The Arabic system of notation and all the tables of the metric system are based on a uniform scale, the decimal. Most of the other tables in Denominate Numbers are based on varying scales.
The number of units which make one of the next higher order is the root or radix of the scale.
Thus, in the decimal scale 10 units make 1 ten; 10 tens, 1 hundred, etc.; therefore 10 is the radix.
Other uniform scales besides the decimal are: the binary (radix 2), ternary (3), quaternary (4), quinary (5), senary (6), septenary (7), octary (8), nonary (9), undenary (11), duodecimal (12), which derive their names from their radix.
A scale contains as many digits as there are units in its radix; and every scale must have the digit, 0.
10 digits, 1, 2, 3, 4, 5, 6, 7, 8, 9, 0.
9 digits, 1, 2, 3, 4, 5,
The octary scale has eight digits, 1 to 7 and 0; the septenary seven, 1 to 6 and 0; the senary six, 1 to 5 and 0; the quinary five, 1 to 4 and 0; the quaternary four, 1 to 3 and 0; the ternary three, 1, 2, 0; the binary two, 1, 0; the undenary eleven, 1 to 9, and one more (which may be expressed by any character, as a), and and the duodecimal twelve, 1 to 9, a, b, 0.
By combining the digits in any scale, we obtain the notation of that scale.
In the decimal scale when we pass 9, we must use two digits for the next number, which is 10. In like manner in the quaternary scale, when we pass 3, we must use two figures; therefore 4 in the decimal scale is written 10 in the quaternary scale. In the quinary scale, when we pass 4, we must use two figures; therefore 5 in the decimal scale is written 10 in the quinary. In the decimal scale, when we pass 99, we have to use three digits for the next number, which is 100; but the highest number we can write in the quinary scale in two figures is 44, which corresponds to 24 in the decimal scale. Therefore 25 in the decimal scale would be written 100 in the quinary; and for the same reason 125 would be written 1000; 625, 10000, etc.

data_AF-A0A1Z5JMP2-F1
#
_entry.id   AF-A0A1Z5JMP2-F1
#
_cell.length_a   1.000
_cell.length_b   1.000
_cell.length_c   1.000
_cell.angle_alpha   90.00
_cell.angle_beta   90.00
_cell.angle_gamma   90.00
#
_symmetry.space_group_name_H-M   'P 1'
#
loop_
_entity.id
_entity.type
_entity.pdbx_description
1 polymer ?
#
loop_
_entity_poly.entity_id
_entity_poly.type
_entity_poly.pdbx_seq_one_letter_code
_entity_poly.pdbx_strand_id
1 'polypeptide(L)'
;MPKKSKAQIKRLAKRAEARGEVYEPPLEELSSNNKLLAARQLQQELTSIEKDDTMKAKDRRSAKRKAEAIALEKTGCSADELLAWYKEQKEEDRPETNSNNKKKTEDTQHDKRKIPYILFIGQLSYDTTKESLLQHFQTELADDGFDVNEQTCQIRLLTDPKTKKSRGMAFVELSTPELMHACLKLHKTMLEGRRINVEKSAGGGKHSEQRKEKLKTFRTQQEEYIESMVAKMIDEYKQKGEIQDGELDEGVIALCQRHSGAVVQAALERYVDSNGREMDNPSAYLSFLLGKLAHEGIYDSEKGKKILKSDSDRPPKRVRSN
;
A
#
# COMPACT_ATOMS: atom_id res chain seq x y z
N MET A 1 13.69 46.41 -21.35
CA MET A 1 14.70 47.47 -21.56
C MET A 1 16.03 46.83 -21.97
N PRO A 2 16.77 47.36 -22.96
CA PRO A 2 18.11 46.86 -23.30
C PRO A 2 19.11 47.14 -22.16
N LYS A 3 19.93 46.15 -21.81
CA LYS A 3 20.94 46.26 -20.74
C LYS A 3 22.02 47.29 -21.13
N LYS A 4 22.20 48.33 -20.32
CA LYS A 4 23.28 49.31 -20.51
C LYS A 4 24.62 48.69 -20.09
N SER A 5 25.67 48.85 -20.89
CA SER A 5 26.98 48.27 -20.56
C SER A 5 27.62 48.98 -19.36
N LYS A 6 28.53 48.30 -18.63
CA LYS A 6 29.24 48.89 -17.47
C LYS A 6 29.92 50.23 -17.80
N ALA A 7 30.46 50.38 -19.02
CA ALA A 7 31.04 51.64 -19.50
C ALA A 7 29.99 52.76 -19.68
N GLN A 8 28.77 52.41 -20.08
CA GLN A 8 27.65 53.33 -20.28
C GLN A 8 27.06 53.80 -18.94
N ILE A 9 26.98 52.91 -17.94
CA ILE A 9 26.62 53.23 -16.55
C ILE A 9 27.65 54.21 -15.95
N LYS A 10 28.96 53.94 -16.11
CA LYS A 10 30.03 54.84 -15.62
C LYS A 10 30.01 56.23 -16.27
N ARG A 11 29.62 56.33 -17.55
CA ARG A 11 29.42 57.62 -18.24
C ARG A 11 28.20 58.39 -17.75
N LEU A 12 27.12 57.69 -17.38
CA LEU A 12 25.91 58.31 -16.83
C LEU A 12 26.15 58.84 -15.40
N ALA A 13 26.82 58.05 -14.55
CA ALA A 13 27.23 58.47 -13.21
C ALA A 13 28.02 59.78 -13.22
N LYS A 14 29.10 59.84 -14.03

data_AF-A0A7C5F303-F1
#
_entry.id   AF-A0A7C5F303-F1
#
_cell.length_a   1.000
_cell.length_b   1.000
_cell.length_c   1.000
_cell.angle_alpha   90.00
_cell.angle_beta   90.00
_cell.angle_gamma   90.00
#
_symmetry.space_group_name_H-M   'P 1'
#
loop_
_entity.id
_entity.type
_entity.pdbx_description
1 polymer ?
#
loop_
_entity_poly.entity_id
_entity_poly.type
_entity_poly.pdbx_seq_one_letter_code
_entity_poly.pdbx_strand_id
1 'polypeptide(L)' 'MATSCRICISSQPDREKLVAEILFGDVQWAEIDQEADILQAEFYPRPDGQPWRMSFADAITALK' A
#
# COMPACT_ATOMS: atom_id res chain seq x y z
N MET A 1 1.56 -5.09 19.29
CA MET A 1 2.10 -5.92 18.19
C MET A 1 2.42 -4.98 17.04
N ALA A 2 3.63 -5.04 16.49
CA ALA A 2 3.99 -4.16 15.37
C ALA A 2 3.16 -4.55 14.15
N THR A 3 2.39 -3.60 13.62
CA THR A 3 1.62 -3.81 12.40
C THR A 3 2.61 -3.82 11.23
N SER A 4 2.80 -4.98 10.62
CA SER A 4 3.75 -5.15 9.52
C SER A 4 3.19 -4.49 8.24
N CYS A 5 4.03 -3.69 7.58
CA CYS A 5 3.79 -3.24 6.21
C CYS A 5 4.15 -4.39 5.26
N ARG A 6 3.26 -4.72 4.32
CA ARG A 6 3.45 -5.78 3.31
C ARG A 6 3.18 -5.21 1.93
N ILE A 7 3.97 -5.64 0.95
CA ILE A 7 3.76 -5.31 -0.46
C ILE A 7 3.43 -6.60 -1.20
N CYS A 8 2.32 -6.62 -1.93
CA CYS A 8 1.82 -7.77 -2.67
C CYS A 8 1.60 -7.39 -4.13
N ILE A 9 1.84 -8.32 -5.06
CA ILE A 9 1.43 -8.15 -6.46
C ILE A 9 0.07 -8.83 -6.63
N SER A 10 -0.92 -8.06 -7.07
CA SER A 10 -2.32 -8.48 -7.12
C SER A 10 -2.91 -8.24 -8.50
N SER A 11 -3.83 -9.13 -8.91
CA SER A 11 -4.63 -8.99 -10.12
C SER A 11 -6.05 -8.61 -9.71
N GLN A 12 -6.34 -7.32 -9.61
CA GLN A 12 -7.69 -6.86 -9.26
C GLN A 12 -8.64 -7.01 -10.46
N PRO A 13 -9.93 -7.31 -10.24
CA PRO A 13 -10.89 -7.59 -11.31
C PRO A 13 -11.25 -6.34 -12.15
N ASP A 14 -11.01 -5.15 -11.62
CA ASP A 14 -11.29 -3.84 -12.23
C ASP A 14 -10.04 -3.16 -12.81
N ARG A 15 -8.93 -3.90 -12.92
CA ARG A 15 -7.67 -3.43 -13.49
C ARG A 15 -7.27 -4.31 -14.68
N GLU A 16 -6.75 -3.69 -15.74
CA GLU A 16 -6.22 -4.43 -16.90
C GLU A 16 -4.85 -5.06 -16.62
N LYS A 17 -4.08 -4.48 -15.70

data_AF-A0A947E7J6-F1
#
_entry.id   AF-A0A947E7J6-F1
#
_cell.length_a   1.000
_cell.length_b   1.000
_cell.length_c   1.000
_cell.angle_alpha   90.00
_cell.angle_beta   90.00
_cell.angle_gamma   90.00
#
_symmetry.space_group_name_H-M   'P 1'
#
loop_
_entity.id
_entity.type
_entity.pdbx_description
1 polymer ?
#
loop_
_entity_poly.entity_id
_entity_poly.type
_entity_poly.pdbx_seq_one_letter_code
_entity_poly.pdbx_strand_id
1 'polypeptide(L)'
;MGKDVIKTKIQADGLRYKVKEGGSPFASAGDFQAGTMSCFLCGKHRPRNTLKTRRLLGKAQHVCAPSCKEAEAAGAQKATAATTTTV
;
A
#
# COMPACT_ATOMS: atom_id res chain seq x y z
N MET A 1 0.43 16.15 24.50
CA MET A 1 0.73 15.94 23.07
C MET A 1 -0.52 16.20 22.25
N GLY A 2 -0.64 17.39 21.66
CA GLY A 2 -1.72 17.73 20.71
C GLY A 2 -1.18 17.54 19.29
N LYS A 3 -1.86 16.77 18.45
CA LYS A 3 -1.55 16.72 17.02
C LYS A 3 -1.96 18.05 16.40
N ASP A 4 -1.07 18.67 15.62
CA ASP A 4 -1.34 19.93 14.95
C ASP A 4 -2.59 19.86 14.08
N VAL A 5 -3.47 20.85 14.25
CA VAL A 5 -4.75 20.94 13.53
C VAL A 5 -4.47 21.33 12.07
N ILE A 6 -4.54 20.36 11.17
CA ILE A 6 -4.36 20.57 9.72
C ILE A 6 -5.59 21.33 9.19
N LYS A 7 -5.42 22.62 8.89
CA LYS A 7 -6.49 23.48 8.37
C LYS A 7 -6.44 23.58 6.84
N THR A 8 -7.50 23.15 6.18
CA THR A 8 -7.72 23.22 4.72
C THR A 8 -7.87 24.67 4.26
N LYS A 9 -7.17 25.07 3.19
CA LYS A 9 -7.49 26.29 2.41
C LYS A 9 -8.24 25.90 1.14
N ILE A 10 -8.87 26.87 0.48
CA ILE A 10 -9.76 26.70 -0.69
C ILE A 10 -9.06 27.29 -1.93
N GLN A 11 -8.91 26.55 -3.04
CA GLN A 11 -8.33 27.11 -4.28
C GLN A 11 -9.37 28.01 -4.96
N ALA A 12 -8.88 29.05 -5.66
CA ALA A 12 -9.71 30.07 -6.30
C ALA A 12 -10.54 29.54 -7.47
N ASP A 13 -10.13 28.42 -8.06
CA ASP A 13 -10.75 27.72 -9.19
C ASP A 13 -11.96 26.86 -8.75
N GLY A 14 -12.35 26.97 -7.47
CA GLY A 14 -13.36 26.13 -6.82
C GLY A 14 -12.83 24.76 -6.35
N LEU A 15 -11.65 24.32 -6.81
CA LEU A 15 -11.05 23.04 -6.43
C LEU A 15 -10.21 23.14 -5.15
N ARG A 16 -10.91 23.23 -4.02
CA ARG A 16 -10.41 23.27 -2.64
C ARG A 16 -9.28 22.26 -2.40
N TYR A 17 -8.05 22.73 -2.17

In the ternary scale, 3 would be written 10, 9 would be written 100, 27 would be written 1000, 81, 10000, etc. In the senary scale, 6 would be written 10, 36 would be 100, 216 would be 1000, 1296 would be 10000, etc.
The following table shows the notation in the various scales with the corresponding value of the numbers, in the decimal scale:
DECIMAL. 1 2 3 4 5 6 7 8 9 10 11 12 13
1 10 11 100 101 110 111 1000 1001 1010 1011 1100 1101
1. Write in the duodecimal scale the numbers corresponding to those from 14 to 36 in the decimal scale.
2. Write in the undenary, septenary, and nonary scales the numbers from 13 to 44 in the decimal scale. 3. Write the numbers from 1 to 100 in the following scales:
4. Express in the decimal scale the number 10000, as used in the ternary and quatenary scales.
5. Express in the decimal scale the number 1000000, as used in the senary scale.
6. Express in the decimal scale the numbers 100, 1000, 10000, 100000, as used in the quinary scale.
175a. Since varying scales do not increase by one constant multiplier, in working examples in such scales we must bear in mind how many units of each order make one of the next higher.
Thus in the scale, 24 grains (gr.) make 1 pennyweight (pwt.); 20 pwt., 1 ounce (oz.); 12 oz., 1 pound (lb.); 24 units of the first order make 1 of the second; 20 of the second, 1 of the third, and 12 of the third, 1 of the fourth. Hence, to reduce grains to pounds, we must multiply successively by 24, 20, and 12; to reduce pounds to grains, we divide successively by 12, 20, and 24.
Numbers written in a uniform scale, as the decimal,
are called simple numbers.
Those written in the
varying scales are compound numbers.
Numbers may be added, subtracted, multiplied, and divided by the same rules as apply to decimal notation, modified to adapt them to the particular scale in which the numbers are written.